Burgess v. Ford Motor Company

Practice Area:

Outcome: $657,641 jury verdict

Tommy Burgess hired our firm to enforce a written agreement he had reached with his employer, Ford Motor Company, to allow him to transfer from a management position with the company to an hourly job, where he intended to retire. The case was filed in Chancery Court in Nashville, and proceeded to jury trial on a theory of promissory estoppel. Put simply, Mr. Burgess alleged that Ford had made a promise that should be enforced under the law. After a weeklong trial, the jury enforced the promise, returning a verdict of $657,641 to Mr. Burgess – the approximate value of the retirement benefits he had been denied. Ford appealed the jury’s decision, but the Tennessee Court of Appeals affirmed the jury’s verdict in its entirety.


It was absolutely critical to Mr. Burgess that Ford’s promise be enforced. Mr. Burgess had worked as an hourly employee for Ford at its Nashville Glass Plant from 1987 through 1994, when he was promoted to a management position. In 1999, Ford announced that it would implement a corporate spinoff of its parts manufacturers, including the Nashville Glass Plant. This would result in all plant management employees, including Mr. Burgess, losing their employment status with Ford. This spinoff caused many management employees, like Mr. Burgess, to become concerned that their job security and benefits would be adversely affected once they were no longer Ford employees.


Mr. Burgess shared his concerns with Ford management. Ultimately, Ford’s management promised Mr. Burgess that if he stayed in his management position through the corporate transition, he would be allowed to return to his hourly Ford job upon request in the future. Mr. Burgess lived up to his end of the bargain. In June 2005, when he learned that the plant would soon be sold, Mr. Burgess asked and, ultimately, demanded that he be returned to an hourly position. Ford refused, and denied that it had any obligation to Mr. Burgess.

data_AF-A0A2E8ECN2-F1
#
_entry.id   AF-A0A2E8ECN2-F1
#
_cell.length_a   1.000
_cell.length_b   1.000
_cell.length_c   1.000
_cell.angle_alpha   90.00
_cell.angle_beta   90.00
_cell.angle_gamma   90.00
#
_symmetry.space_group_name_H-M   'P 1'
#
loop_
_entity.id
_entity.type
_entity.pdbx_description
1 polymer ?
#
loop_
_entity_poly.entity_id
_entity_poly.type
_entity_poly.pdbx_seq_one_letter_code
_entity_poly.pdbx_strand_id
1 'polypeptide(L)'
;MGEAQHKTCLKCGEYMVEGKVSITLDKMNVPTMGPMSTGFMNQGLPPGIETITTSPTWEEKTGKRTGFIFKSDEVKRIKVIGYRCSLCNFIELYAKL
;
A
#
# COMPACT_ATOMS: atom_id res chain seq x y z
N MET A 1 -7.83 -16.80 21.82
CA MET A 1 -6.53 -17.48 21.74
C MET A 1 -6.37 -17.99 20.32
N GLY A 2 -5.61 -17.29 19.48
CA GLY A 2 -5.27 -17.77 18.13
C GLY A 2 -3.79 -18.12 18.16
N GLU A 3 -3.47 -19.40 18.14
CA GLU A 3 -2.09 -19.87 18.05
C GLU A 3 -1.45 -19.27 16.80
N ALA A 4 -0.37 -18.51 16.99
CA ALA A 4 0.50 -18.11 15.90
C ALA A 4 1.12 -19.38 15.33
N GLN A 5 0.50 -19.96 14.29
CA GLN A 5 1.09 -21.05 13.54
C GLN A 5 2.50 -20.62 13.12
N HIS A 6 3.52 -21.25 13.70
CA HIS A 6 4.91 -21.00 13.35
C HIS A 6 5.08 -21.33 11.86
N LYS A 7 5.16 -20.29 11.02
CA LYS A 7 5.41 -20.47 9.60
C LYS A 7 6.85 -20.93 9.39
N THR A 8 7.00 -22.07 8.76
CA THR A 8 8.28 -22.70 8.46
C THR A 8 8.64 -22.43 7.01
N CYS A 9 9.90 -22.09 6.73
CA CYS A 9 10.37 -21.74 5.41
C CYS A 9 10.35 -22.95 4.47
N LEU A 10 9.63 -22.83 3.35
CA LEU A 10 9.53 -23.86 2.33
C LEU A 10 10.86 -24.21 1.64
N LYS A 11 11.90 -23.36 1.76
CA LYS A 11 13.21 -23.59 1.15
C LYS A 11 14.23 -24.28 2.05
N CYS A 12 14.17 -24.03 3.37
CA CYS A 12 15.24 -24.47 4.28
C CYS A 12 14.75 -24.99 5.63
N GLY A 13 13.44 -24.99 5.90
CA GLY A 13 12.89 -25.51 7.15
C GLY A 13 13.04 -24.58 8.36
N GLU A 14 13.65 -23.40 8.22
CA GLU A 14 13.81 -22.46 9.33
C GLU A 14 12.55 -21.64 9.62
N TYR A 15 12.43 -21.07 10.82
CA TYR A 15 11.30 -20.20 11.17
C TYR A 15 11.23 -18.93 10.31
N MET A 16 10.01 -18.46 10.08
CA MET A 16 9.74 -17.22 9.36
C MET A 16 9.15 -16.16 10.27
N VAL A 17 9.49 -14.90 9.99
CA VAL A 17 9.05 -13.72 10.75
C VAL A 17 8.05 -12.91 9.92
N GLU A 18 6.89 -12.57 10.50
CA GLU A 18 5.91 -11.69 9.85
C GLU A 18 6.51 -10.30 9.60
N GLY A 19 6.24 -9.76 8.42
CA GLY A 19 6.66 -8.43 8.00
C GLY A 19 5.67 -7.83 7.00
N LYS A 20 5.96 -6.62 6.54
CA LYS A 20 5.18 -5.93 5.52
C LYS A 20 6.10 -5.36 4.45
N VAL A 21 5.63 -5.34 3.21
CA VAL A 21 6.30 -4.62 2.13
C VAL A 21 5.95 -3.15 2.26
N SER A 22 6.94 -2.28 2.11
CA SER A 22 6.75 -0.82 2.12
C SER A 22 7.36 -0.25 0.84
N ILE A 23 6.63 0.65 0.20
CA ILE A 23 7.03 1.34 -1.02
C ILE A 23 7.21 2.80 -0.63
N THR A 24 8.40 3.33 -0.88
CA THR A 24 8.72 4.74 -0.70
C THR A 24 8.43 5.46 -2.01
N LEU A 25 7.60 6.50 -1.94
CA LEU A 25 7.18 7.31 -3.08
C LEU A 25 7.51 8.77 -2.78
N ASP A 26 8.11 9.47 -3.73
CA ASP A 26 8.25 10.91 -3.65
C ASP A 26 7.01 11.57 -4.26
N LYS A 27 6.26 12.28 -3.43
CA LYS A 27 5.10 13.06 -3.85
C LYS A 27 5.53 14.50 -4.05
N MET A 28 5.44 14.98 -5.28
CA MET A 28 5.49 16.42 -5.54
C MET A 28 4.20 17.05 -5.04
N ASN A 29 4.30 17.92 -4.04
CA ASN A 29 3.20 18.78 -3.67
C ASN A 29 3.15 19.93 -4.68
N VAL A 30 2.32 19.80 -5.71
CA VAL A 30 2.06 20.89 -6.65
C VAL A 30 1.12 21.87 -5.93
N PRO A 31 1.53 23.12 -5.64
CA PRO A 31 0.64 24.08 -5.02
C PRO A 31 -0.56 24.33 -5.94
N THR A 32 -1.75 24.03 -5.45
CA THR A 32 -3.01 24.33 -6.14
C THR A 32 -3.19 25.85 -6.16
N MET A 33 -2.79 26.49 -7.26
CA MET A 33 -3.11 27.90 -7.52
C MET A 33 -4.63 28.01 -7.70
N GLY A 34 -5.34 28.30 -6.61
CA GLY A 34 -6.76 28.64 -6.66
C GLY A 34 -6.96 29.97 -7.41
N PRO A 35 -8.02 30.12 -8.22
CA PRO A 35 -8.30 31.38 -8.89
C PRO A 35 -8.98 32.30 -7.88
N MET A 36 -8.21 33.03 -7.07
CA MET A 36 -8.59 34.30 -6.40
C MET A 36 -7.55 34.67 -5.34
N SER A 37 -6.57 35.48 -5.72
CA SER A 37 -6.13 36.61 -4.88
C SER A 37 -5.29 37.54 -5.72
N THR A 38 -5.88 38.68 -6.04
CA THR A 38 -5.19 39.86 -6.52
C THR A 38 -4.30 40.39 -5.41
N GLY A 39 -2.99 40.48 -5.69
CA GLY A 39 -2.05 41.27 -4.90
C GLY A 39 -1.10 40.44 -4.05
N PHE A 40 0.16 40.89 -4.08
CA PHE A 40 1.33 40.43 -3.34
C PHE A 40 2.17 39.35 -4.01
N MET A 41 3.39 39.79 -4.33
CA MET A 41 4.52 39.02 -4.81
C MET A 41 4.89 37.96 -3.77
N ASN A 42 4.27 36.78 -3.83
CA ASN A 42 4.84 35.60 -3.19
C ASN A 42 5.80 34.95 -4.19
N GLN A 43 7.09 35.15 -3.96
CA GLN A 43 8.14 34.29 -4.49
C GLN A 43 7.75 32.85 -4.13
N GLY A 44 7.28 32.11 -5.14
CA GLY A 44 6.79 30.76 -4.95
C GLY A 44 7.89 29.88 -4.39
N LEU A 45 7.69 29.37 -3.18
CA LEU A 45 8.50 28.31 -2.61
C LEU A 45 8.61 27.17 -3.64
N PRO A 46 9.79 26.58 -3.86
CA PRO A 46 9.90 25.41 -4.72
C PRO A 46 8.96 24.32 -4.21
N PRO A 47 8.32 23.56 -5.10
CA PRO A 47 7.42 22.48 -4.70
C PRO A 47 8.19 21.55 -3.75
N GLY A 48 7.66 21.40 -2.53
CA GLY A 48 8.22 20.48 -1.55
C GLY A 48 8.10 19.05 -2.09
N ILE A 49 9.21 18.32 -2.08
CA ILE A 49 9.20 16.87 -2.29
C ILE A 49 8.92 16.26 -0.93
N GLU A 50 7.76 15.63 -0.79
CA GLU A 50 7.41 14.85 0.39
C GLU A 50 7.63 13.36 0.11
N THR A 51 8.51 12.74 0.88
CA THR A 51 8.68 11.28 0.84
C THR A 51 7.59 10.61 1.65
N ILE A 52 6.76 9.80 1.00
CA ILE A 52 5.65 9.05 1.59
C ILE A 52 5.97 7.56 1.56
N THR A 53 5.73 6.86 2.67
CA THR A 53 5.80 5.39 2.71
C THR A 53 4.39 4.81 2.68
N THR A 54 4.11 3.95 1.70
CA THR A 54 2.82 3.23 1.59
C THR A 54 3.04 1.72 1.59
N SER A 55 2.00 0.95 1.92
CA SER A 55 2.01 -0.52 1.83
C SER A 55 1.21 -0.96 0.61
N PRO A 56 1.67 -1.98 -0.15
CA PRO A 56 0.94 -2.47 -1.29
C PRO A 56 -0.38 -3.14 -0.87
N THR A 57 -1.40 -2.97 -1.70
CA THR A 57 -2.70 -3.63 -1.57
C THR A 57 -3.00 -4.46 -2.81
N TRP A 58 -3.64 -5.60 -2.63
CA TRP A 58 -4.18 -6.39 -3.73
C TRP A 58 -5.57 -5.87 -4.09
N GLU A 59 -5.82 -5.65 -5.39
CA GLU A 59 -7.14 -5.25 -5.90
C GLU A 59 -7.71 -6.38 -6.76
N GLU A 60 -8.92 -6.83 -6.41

Mr. Burgess retained our firm to take action. The stakes for Mr. Burgess were high. If he could enforce Ford’s promise, he could second a financial recovery that equated to the pension benefits he would have been entitled to as a Ford hourly employee. If the promise were found unenforceable, Mr. Burgess would essentially have no retirement from his years dedicated to Ford. As mentioned previously, the jury recognized and enforced the promise Ford made to him. Our firm was proud to successfully represent Mr. Burgess, ensuring that he could retire and enjoy the retirement he had worked so hard to achieve.


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